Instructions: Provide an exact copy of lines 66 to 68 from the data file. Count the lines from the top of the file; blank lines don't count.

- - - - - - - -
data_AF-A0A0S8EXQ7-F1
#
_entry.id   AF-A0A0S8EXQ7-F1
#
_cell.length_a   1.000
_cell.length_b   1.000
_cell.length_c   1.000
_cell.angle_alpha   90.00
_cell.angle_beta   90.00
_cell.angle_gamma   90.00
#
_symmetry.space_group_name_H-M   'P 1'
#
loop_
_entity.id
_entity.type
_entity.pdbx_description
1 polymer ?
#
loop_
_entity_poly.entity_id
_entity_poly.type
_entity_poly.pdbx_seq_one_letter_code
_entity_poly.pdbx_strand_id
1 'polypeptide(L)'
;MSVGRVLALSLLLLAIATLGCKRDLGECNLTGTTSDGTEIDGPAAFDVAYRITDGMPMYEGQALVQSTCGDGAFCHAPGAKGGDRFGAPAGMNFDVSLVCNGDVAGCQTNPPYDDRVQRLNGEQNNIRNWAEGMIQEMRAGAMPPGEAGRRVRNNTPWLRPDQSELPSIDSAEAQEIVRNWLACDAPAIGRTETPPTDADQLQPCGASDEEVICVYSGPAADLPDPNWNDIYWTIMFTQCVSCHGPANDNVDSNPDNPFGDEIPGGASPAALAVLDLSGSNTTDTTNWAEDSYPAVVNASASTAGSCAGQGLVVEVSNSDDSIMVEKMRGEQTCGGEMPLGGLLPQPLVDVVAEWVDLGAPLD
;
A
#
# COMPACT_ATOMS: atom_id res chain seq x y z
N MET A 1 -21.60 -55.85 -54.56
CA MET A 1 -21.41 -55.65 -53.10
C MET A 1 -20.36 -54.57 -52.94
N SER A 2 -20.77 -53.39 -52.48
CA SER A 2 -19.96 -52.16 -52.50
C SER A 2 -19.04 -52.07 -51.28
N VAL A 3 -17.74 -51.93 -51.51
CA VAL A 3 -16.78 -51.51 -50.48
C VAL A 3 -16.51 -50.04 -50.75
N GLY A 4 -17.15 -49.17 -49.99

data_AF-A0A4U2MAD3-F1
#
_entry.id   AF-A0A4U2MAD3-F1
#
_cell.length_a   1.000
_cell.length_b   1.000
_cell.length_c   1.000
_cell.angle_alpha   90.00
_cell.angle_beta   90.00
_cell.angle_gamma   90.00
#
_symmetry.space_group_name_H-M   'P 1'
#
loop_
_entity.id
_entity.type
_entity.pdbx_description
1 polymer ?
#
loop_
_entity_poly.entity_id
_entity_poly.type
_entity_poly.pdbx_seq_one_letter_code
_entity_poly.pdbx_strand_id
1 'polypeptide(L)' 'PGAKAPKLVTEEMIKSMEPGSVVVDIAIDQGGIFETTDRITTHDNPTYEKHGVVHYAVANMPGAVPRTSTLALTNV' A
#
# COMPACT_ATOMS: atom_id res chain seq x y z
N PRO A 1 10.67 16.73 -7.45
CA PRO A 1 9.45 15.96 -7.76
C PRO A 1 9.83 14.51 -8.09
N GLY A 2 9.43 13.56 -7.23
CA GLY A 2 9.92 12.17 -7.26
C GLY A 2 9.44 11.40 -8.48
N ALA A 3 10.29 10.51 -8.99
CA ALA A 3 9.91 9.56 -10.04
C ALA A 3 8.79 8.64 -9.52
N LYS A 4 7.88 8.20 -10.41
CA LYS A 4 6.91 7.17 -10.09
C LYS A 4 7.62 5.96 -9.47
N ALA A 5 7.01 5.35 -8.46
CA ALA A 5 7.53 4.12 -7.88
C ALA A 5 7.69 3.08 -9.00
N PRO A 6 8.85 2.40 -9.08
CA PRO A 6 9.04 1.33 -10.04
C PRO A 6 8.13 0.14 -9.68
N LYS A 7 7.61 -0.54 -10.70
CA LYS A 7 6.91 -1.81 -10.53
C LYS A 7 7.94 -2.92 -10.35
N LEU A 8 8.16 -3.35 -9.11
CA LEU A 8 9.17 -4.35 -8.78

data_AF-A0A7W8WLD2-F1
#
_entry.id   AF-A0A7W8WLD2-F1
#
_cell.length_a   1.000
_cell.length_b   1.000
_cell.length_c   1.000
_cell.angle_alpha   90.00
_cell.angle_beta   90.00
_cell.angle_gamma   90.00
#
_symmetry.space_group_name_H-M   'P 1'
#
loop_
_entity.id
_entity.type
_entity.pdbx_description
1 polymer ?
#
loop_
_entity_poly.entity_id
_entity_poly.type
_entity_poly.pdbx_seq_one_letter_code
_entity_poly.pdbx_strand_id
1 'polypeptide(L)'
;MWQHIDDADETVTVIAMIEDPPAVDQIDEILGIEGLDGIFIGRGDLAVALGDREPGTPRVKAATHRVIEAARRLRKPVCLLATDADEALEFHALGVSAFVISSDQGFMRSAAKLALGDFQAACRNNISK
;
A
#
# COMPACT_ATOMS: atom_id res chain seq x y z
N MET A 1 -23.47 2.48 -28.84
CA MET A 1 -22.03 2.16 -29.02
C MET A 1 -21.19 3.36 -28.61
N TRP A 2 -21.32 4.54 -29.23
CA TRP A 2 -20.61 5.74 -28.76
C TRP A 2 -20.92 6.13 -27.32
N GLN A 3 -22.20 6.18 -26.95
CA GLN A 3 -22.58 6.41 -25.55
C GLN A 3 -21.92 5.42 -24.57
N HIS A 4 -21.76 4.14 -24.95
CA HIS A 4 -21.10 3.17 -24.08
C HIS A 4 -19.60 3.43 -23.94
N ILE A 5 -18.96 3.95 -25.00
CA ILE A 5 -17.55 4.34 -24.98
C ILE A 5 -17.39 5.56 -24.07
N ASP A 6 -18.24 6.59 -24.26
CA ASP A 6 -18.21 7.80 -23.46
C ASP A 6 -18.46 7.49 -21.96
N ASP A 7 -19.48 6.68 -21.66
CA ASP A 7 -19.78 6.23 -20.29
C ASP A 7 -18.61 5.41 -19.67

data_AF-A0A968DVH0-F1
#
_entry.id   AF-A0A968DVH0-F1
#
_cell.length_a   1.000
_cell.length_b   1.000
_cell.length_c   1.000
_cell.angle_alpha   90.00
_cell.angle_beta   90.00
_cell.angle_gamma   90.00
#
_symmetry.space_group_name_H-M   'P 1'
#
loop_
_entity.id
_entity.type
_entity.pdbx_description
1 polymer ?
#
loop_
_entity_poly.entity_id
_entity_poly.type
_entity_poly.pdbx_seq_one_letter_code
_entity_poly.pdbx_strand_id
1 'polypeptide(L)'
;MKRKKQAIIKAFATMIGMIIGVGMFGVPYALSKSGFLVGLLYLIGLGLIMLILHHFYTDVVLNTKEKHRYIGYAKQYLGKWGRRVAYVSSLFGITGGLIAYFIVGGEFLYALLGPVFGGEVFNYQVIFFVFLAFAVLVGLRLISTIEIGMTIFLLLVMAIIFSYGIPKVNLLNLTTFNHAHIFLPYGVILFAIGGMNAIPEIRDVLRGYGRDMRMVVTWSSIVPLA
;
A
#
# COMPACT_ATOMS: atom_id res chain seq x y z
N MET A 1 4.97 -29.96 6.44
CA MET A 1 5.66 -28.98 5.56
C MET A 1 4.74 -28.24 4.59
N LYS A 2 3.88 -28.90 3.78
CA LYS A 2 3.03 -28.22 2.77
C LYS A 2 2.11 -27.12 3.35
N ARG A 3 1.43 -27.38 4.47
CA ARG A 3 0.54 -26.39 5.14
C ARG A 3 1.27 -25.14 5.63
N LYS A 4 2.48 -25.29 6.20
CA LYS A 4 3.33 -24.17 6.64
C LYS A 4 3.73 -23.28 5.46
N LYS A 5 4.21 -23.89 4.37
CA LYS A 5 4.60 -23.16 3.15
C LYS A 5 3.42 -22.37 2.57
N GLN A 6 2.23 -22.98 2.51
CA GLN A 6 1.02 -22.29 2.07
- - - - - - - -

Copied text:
#
# COMPACT_ATOMS: atom_id res chain seq x y z
N PRO A 1 10.67 16.73 -7.45